Nimrod BORENSTEIN (b. 1969)
Suspended opus 69 (2014) [40:37]
das freie orchester Berlin/Laércio Diniz
rec. 27-28 August 2015, Jesus-Christus-Kirche, Berlin

Putting a brand-new piece of music out as the premiere release on a brand-new record label is either daring or clever, depending on your point of view. This venture by recording producer Dirk Fischer is probably a bit of both. Avoiding areas of the record market that are already saturated is doubtless a good move, and in Nimrod Borenstein we have an in-demand composer whose music is likely to appeal to a wide audience. If you take a look at his online presence you will find out more about his background and numerous successes.

Suspended Opus 69 was conceived both as a score for a theatre show, Gandini Juggling’s 4x4 Ephemeral Architectures, as well as “a ballet that would not only provide for an inspiring basis for the choreography, but which would also work as a fully-fledged composition in its own right.” This recording is therefore the soundtrack to a sell-out tour, and this piece a significant addition to string orchestra repertoire.

The opening is very sparing, just the fundamental tone softly intoned by a pizzicato bass, and a descending scale a little in the manner of Arvo Pärt. This section was added at the request of the choreographer, and acts as a sort of prologue to the dance music ‘proper’. These movements have shapely rhythmic movement, but with their often elegiac feel and musical sophistication work well as a concert piece. Borenstein originally “had the idea that writing a ballet was similar to writing a suite…”, but in pushing the concept beyond, or arguably beyond the expectations of an ‘applied’ composition we are left with pure music – even if it is music that has been planned meticulously to suit the stage action.

There are some standard dance patterns that emerge, and there are titles such as Tango and the final track Tomorrow’s Waltz, but Borenstein manages to submerge stereotype into music that is eloquent and expressive. In his essay Mind in Motion: Ballet and the fragile Balance between Music and Dance Tobias Fischer points towards the 18th century influence of Louis XIV on the development of the form and the spread of its popularity, as well as significant music for ballet such as The Rite of Spring – all of which share a more lively existence in the concert hall or recordings than any expectation that they should be used for their original purpose. Time will tell if Suspended opus 69 will become a concert hall standard, but on this showing it has a fighting chance. In the sense that it has a not dissimilar feel to certain film soundtracks, it may well find itself being appropriated for such purposes, though there are no real ‘hook’ moments that make me think of potential TV theme tunes or advertising jingles. With the sense that we are contained within certain artistic boundaries there is an overall feel of control in this work which might have welcomed some further contrast somewhere in a moment or two of real abandon or some rough edges to highlight the qualities elsewhere. This is all very genteel, and that of course is very fine indeed. Clearly not demanded of the commission, there would arguably be advantage in having some kind of a breakdown or crisis, climactic or otherwise, to which could have been built and from which could have been retreated. The most extreme title is Annoyed and that’s as far as it goes, and probably as far as it needed to go – this is an observation rather than a criticism.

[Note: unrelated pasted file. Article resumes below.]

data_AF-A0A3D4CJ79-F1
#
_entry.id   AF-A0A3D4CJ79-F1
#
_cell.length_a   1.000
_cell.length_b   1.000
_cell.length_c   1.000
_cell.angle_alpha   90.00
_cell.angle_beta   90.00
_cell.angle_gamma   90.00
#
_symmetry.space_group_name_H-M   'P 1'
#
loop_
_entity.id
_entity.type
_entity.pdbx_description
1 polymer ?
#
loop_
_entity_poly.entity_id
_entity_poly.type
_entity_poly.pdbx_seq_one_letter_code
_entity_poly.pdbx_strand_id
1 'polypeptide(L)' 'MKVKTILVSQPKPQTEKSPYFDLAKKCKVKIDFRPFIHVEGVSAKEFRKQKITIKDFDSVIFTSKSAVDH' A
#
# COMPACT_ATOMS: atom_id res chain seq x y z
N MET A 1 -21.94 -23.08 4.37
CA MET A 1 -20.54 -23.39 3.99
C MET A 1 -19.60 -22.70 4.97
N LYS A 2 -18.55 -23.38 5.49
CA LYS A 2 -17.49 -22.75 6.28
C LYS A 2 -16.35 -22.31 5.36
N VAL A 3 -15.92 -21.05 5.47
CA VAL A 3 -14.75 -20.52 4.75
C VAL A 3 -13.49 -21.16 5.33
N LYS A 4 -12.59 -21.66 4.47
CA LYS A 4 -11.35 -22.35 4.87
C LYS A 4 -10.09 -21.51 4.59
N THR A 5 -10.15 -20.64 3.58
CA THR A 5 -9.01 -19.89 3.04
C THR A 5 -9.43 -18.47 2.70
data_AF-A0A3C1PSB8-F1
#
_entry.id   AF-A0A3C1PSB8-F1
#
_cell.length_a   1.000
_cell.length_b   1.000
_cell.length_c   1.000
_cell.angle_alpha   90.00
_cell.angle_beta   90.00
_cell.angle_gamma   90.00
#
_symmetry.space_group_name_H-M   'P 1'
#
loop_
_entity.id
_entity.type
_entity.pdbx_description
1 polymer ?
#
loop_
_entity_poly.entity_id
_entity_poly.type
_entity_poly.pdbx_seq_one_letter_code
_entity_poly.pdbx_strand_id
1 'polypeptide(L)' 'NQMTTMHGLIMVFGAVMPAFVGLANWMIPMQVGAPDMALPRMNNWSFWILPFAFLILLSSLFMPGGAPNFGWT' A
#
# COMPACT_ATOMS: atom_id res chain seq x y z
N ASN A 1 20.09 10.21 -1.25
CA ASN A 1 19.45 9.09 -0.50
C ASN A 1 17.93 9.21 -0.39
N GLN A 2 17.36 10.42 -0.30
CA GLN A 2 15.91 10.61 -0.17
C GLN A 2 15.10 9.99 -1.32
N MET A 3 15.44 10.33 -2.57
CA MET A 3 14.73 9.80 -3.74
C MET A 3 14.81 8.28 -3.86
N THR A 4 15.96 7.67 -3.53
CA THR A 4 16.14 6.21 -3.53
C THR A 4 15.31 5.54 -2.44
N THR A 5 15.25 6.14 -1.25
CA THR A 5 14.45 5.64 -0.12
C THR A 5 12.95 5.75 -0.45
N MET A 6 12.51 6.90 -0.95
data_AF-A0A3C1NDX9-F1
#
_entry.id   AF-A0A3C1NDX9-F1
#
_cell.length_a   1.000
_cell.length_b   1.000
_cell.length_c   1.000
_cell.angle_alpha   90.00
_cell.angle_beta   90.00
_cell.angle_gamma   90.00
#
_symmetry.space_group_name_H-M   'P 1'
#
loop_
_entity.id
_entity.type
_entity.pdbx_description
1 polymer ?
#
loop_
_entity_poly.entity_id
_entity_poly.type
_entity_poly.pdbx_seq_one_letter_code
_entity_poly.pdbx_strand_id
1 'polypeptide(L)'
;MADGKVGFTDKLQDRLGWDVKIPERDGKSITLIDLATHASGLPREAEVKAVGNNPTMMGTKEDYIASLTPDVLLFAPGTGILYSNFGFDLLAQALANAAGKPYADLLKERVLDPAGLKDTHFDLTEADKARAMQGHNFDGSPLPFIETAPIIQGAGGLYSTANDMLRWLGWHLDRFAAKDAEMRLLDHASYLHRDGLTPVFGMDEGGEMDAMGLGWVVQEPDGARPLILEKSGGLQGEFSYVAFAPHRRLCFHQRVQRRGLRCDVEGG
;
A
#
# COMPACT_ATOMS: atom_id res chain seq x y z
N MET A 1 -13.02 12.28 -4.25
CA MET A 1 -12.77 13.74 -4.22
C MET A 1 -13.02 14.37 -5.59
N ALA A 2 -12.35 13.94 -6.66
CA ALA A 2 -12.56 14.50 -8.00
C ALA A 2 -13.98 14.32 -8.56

This release is something of a luxury article, as are all Solaire releases so far. The CD comes in a chunky box that also contains a substantial and glossy booklet with photos of the recording session, insightful essays, commentary and a fascinating interview with the composer. My only tip for the design department would be to put the entire catalogue number on the spine rather than the confident ‘1’ that has been printed. Having worked in record shops I know the state of wonder and crisis that can be induced amongst the minions if these kinds of details don’t match.

Sound quality for this production is of demonstration quality, with plenty of detail as well as a satisfying spaciousness and the best use of that gorgeous Jesus-Christus-Kirche acoustic. Short playing time is an artefact of such a single work release, but this is music of substance and character, and deserves to be heard.

Dominy Clements

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